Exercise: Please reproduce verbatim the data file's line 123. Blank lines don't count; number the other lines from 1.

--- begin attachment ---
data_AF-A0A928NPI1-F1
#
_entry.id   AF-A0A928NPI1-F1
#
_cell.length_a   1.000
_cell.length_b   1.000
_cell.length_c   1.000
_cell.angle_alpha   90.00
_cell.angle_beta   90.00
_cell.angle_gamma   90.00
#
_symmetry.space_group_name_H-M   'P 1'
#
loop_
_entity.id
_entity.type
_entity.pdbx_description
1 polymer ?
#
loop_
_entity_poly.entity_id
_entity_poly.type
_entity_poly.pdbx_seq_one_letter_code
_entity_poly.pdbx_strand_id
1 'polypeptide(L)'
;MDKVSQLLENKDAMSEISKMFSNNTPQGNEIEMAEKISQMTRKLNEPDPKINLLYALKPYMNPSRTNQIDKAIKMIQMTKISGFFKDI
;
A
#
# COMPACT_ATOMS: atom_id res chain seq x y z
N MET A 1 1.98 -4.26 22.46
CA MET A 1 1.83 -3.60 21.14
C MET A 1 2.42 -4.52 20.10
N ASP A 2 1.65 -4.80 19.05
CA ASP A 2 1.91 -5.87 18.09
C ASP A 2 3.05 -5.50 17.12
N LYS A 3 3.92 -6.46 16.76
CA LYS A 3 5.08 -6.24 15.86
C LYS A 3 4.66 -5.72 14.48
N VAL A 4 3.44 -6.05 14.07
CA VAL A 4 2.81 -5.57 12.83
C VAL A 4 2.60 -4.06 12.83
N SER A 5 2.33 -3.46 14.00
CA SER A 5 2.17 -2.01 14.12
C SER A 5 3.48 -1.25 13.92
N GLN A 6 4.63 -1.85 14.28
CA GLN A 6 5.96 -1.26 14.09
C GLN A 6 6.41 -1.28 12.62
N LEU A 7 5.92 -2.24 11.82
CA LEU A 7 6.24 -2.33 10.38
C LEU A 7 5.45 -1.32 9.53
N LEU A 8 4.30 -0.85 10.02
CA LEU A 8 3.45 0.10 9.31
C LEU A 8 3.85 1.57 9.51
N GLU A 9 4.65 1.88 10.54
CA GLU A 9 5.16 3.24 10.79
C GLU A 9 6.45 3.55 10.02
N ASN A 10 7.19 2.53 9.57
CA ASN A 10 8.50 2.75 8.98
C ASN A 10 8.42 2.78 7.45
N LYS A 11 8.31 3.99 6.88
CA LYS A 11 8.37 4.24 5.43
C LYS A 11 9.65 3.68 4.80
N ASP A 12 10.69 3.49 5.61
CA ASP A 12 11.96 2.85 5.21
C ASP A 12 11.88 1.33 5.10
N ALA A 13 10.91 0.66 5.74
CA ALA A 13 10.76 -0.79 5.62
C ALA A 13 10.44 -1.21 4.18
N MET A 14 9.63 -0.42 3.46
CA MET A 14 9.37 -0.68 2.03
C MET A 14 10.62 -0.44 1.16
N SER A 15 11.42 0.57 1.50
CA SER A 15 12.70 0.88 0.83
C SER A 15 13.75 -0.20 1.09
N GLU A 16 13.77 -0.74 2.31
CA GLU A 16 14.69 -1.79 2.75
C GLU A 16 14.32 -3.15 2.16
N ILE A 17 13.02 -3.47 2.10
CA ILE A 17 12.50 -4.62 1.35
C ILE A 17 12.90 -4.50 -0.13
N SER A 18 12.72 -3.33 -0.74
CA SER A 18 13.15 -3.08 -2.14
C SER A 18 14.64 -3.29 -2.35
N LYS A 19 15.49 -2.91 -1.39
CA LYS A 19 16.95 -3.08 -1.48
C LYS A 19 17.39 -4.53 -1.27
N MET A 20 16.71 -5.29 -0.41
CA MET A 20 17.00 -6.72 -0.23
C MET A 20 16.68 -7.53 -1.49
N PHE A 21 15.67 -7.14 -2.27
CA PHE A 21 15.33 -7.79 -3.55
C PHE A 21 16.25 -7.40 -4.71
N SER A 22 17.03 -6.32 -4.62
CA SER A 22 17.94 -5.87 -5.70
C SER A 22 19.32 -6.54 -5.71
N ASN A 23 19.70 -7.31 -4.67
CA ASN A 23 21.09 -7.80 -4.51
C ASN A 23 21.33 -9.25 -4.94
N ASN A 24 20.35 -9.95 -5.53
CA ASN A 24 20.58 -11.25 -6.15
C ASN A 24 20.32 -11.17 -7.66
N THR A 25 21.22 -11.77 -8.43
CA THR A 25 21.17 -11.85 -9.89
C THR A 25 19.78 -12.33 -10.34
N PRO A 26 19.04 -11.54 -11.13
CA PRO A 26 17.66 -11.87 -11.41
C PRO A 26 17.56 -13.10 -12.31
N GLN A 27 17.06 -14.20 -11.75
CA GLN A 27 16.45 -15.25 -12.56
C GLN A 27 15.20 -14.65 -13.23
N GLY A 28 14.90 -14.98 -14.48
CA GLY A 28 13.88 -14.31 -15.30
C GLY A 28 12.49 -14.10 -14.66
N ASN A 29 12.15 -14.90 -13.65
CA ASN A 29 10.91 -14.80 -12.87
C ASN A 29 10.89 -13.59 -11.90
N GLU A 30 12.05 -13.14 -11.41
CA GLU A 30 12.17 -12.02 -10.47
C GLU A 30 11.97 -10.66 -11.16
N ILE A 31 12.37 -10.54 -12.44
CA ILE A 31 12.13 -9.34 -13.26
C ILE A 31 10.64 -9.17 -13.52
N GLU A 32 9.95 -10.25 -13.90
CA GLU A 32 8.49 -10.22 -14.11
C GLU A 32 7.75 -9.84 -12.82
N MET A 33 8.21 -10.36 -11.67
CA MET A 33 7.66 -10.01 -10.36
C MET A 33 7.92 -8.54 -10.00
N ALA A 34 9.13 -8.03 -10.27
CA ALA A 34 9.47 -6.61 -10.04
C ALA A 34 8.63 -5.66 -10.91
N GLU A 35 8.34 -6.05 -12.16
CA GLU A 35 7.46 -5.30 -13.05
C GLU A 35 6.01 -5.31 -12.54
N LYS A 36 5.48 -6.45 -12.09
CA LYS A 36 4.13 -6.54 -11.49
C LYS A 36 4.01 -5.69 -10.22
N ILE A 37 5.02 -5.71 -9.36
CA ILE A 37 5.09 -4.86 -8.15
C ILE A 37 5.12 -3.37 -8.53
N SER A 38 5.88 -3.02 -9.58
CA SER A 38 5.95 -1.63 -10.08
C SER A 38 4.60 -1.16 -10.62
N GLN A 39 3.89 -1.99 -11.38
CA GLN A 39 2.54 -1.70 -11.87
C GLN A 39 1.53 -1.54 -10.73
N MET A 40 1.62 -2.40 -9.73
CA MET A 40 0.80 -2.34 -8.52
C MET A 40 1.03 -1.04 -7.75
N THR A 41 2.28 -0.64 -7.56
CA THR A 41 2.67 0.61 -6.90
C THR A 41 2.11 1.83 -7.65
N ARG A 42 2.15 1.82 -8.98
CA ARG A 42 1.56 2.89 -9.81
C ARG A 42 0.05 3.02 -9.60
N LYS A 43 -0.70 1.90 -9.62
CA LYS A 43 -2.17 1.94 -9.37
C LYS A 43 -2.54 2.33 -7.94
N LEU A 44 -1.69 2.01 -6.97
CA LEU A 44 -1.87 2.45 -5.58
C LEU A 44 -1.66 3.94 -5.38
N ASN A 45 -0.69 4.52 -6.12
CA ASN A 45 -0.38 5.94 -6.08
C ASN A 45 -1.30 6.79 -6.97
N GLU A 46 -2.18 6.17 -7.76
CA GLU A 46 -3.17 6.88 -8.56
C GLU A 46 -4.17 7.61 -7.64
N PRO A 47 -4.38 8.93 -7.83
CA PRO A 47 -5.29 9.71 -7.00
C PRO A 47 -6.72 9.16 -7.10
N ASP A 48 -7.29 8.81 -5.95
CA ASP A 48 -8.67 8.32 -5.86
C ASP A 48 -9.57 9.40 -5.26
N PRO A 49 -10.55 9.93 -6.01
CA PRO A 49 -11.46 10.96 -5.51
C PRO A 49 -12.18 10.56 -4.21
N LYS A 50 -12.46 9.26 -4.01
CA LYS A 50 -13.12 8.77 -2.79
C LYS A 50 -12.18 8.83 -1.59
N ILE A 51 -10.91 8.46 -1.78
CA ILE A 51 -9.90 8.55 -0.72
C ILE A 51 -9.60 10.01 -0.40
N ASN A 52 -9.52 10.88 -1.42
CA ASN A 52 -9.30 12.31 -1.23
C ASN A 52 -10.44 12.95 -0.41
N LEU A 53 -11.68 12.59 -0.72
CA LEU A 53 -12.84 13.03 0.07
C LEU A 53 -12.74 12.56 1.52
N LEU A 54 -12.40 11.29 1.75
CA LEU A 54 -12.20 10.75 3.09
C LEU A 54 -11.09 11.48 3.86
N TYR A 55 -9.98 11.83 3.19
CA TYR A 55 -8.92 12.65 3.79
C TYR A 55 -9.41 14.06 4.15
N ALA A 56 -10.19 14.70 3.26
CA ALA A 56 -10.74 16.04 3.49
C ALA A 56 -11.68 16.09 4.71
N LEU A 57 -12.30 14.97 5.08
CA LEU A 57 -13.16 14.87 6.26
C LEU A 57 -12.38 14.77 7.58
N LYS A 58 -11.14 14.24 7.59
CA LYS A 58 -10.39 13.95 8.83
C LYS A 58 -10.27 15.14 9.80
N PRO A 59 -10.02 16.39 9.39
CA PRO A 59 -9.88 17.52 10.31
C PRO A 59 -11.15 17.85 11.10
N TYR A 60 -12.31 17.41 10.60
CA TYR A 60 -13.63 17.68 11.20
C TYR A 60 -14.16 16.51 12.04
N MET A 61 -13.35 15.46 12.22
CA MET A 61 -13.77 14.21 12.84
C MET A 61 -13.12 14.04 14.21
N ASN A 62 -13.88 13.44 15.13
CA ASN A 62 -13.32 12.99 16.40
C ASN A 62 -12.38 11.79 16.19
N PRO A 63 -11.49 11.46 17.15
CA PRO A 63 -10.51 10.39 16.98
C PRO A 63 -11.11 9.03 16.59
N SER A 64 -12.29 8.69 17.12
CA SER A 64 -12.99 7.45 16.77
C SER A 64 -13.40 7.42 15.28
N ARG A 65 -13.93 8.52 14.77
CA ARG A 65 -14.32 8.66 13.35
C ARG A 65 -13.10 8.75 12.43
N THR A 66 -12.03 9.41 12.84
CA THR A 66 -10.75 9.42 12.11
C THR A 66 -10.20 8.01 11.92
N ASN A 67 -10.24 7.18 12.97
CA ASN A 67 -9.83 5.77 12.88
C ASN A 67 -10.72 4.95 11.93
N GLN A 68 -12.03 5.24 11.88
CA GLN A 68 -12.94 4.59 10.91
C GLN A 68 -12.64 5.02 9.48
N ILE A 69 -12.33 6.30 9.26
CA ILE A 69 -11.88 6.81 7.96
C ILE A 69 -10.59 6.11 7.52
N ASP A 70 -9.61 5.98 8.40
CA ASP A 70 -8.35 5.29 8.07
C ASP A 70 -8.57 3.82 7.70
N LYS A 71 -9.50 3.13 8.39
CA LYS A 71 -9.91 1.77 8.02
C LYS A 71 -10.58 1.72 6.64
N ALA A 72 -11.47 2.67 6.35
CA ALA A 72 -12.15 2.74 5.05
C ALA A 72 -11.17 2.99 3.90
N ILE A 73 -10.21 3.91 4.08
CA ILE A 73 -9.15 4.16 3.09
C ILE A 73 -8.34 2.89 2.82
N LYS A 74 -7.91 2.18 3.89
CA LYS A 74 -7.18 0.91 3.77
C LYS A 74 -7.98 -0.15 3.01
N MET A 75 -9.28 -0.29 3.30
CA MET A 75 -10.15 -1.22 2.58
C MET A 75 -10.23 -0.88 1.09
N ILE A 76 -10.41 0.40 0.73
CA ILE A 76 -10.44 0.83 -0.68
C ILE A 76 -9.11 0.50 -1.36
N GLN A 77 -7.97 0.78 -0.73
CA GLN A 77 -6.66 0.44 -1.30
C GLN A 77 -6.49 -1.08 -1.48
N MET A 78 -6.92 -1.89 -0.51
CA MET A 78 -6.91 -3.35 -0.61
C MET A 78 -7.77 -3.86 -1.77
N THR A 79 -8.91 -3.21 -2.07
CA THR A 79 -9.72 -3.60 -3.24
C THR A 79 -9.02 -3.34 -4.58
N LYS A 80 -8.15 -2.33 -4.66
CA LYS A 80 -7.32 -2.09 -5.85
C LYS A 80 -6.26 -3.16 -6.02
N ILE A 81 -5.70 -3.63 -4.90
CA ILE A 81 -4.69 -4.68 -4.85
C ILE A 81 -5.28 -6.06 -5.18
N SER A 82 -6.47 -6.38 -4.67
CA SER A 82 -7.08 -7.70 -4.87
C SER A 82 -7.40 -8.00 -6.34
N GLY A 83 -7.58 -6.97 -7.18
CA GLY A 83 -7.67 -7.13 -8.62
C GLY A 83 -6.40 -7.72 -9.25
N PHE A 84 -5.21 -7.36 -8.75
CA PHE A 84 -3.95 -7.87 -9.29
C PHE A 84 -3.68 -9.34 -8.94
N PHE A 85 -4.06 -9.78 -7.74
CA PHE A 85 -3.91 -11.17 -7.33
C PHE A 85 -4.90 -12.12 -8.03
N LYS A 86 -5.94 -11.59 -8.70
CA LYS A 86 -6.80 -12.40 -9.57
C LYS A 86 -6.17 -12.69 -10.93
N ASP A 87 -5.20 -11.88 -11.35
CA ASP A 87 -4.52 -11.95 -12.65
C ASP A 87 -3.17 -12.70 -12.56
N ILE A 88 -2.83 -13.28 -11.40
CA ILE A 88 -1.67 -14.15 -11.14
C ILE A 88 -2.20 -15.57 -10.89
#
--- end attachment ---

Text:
C ILE A 31 10.64 -9.17 -13.52